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Jaina Baumgartner Author's Perspective
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Adding custom warnings in the Sitecore content editor window

Now that you have now implemented Sitecore as your CX & CMS platform & are looking to implement best practices in your deployment. In this blog, we will discuss how you can add custom warnings which help standardize your workflow across users.

Here at Altudo, we work with clients across industry verticals to plan, strategize & implement Sitecore. We come across a myriad of use cases which we help visualize & implement.

Between one such routine project discussions - one of our clients expressed a need for an easier way to add versions to items on the website. While the editor is working on an item (though he can ‘lock and edit’ it) - what if for some reason he wants to preserve the older version and create a new one? We know that Sitecore provides the "Add Version" option in the menu under the "Version" tab, but the client wanted something more accessible in this case.

Knowing that Sitecore allows custom warnings to be managed in the content editor window, I proposed a solution to add a warning message with the button to enable the user to "Version Up, Lock and Edit" the item.

Now, it’s important to understand how Sitecore usually works around item edits.

• If an item is created, it will be stored as Version 1.

• An item can be updated from one workflow state to another during the workflow cycle.

• The version number remains the same during this move (in this case, 1).

• The item version is increased once the entire workflow cycle is completed and the item is published.

• This increase occurs when the content editor selects to “Lock and Edit” an item which is in the publish workflow state.

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What we tried to do differently here was to allow the user to add a new version of an item to the content editor warning via a new button. This was necessary so that he could easily create a new version of the item and preserve the old one in the previous version.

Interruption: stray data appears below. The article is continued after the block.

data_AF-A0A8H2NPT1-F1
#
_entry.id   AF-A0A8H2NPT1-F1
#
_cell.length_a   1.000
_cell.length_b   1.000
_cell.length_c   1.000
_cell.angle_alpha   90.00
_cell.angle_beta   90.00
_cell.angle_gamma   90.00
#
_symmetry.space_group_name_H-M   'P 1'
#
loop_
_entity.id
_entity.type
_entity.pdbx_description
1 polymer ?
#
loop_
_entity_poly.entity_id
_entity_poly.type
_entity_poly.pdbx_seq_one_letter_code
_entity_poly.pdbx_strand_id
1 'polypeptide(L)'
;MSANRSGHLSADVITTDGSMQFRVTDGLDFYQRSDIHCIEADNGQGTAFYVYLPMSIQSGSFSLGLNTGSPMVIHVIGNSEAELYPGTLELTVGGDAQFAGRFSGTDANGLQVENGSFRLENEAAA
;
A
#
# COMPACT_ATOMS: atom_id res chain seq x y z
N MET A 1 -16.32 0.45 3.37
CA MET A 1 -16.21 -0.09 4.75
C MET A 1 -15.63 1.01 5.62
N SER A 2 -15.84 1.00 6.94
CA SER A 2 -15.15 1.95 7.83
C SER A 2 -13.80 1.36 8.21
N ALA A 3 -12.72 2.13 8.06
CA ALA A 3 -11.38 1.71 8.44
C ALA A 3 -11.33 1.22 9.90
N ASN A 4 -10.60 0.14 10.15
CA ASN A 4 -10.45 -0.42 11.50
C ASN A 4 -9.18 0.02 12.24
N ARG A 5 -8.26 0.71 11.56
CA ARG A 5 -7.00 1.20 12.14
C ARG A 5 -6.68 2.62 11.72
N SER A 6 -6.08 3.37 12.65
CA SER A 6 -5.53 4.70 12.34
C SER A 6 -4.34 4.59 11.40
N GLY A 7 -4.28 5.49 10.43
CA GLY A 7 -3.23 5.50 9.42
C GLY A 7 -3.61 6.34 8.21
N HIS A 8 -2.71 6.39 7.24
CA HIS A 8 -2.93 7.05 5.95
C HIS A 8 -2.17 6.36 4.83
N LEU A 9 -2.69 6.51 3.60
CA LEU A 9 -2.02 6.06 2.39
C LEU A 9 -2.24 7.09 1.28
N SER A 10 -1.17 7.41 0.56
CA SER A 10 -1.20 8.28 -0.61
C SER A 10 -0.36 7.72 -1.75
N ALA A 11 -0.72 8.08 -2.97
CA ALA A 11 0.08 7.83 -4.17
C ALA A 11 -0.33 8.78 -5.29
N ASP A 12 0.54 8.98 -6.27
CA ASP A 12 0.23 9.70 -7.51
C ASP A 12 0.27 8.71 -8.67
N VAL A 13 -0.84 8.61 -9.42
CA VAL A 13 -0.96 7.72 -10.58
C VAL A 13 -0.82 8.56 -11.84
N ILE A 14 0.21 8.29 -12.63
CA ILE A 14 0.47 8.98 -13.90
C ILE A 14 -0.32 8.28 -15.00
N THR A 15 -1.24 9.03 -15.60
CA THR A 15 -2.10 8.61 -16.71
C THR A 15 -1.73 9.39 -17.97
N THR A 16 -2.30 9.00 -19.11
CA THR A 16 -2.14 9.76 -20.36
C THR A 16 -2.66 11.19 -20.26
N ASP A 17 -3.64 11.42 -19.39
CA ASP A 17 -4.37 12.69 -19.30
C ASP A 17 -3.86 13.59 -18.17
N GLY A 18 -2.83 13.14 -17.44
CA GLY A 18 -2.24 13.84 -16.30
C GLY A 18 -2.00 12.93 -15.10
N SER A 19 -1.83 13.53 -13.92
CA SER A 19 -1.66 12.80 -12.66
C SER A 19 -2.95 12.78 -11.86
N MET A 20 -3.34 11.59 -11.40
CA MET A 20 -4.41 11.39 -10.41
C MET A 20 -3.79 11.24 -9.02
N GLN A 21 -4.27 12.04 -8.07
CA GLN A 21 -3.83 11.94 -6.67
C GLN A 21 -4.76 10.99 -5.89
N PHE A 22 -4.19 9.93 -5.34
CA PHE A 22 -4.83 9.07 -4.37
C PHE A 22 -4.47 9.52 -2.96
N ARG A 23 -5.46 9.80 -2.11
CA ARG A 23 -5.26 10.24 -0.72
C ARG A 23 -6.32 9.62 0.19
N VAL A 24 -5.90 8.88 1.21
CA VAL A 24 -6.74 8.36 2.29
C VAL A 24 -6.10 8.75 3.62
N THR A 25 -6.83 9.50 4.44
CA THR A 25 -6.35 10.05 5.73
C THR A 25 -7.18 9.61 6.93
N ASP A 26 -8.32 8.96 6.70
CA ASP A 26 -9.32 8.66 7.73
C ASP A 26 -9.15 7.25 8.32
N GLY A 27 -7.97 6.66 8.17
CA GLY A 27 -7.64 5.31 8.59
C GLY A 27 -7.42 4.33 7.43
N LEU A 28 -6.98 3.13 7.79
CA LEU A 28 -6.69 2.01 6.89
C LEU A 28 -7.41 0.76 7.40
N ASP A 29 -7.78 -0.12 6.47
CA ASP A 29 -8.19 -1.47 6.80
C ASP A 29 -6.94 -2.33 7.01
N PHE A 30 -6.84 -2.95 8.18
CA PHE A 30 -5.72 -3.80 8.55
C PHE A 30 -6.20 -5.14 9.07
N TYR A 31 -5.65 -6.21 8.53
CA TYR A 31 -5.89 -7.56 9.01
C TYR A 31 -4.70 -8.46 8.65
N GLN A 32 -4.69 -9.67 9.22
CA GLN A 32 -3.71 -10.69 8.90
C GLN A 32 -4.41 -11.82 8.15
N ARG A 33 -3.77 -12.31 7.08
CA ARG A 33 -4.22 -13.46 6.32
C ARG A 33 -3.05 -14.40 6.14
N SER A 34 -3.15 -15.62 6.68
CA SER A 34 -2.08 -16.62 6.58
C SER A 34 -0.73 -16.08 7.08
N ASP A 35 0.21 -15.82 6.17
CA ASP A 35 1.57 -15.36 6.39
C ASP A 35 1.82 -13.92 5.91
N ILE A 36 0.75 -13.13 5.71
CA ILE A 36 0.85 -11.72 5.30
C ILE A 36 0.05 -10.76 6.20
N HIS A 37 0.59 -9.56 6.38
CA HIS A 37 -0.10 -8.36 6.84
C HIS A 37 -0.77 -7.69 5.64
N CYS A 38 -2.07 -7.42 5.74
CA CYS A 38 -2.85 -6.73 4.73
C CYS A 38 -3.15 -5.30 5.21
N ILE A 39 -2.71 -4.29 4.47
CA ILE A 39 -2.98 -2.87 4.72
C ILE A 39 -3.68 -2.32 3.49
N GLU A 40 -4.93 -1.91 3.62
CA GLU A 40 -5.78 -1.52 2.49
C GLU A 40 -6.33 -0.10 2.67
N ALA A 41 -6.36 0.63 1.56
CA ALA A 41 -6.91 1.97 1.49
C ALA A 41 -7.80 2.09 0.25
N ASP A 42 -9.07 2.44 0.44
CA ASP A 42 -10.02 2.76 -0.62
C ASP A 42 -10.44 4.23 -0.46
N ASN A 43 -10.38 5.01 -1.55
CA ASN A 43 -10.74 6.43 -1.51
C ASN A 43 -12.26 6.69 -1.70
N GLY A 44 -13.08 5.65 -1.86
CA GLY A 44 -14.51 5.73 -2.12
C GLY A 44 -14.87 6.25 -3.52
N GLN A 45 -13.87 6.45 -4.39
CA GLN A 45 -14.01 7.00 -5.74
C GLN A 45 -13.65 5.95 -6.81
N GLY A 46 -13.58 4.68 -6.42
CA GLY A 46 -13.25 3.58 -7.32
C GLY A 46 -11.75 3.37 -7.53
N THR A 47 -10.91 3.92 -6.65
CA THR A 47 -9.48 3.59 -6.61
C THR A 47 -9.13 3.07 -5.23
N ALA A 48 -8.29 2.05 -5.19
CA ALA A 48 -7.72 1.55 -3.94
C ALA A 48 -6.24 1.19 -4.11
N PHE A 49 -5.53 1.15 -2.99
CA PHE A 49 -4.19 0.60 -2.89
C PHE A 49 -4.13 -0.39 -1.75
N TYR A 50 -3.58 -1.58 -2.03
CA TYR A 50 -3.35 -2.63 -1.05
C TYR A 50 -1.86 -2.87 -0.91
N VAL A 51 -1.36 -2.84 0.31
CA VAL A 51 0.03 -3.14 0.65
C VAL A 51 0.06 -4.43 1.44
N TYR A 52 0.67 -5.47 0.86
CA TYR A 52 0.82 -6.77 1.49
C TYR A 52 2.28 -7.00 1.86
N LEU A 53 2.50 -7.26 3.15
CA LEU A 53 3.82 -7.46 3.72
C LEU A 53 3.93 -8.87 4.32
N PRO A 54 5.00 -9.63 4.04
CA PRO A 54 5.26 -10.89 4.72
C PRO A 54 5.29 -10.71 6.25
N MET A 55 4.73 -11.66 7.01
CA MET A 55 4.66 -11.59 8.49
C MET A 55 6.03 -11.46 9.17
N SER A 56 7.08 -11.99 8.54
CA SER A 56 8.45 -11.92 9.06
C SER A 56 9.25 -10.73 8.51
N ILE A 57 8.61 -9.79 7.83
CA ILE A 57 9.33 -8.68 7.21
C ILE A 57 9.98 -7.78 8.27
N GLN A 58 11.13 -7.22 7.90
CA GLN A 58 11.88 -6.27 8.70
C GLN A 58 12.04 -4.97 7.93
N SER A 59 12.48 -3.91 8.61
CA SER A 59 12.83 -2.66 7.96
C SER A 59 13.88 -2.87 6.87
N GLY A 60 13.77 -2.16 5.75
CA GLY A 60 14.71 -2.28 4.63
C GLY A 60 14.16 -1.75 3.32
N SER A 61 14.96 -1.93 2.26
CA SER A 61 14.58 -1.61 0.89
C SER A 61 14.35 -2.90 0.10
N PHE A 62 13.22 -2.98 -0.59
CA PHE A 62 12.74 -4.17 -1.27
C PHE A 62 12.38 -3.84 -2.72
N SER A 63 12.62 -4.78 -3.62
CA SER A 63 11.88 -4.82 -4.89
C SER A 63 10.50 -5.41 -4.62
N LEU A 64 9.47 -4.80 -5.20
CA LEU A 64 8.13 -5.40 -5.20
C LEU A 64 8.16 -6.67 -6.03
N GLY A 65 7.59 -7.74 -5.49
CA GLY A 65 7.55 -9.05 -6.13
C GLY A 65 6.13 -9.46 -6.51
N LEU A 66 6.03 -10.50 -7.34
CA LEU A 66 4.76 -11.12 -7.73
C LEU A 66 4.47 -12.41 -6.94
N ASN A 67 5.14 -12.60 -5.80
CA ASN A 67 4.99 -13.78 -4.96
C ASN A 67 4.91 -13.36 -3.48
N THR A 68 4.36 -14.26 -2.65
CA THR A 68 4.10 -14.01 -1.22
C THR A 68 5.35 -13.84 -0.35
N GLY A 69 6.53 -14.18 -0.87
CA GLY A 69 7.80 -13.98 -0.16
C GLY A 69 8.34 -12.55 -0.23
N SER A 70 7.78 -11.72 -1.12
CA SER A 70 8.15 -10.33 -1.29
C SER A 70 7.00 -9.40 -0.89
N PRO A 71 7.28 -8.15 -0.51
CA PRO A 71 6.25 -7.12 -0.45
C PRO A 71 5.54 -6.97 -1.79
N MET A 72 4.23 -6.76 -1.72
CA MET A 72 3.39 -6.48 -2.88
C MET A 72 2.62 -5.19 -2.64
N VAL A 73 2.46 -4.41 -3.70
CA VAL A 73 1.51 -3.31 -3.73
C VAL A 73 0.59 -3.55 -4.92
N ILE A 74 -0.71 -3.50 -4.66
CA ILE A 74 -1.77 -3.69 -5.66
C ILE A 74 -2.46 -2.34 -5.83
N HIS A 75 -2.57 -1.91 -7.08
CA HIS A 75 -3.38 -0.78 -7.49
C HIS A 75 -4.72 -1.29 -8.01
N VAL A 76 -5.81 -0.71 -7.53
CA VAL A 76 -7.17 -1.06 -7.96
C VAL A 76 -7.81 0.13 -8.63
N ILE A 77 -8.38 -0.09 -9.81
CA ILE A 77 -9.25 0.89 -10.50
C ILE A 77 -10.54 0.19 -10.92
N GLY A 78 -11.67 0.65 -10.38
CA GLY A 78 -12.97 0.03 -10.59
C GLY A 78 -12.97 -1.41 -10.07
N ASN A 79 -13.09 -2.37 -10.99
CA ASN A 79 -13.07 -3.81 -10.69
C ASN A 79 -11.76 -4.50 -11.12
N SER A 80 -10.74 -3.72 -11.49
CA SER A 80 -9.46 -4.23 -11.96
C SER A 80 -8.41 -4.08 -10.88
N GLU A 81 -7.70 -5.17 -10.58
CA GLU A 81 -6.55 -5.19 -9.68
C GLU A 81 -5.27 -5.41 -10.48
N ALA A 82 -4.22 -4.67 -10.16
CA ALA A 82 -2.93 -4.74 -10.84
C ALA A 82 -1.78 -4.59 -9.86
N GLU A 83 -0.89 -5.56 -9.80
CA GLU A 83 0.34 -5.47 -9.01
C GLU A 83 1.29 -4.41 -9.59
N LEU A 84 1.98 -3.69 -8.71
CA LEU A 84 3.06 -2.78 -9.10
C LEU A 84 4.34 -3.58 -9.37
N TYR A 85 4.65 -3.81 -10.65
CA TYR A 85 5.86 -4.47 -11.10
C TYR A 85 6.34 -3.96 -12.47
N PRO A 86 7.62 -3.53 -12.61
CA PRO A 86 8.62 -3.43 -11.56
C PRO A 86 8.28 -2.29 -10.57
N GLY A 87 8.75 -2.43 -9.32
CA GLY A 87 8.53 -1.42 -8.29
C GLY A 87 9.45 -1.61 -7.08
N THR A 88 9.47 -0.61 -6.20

It was easy enough because Sitecore managed the Content Editor warnings in the web.config file as a separate pipeline, so I just had to add a custom pipeline processor to the getContentEditorWarnings pipeline.

I started creating a custom pipeline processor, the task was to create a custom message that suggested that the user could also create a new version of the item and edit it in the content editor, while allowing the user to click on the "Version Up, Lock and Edit" button for the item.

I have created a "ContentEditorVersionUpAndEditWarning" custom class. In this case, the logic initially exits the method if the user is an administrator or if the user has no permissions to edit the item.


	Item obj = args.Item;
	if (obj == null)
		return;
	if (Context.IsAdministrator)
	{
		if (!obj.Locking.IsLocked() || string.Compare(obj.Locking.GetOwner(),
		Context.User.Name, StringComparison.InvariantCultureIgnoreCase) == 0)
			return;
	}
	else if (obj.Locking.IsLocked())
	{
		if (obj.Locking.HasLock())
			return;
	}

Since all validations are met, the logic creates a new warning object for the content editor and initializes its fields "Title" and "AddOption" with the text value of the message and the command reference.


	GetContentEditorWarningsArgs.ContentEditorWarning
	contentEditorWarning = args.Add();
	contentEditorWarning.Title = Translate.Text("You can version up,
	lock and edit this item as well.");
	contentEditorWarning.AddOption(Translate.Text("Version Up, Lock and Edit"),
	"customitemedit:versionup");

The class's final code looks like this.


namespace Sitecore.Customizations
{
    public class ContentEditorVersionUpAndEditWarning
    {        

        public void Process(GetContentEditorWarningsArgs args)
        {
            Item obj = args.Item;
            if (obj == null)
                return;
            if (Context.IsAdministrator)
            {
                if (!obj.Locking.IsLocked() || string.Compare(obj.Locking.GetOwner(),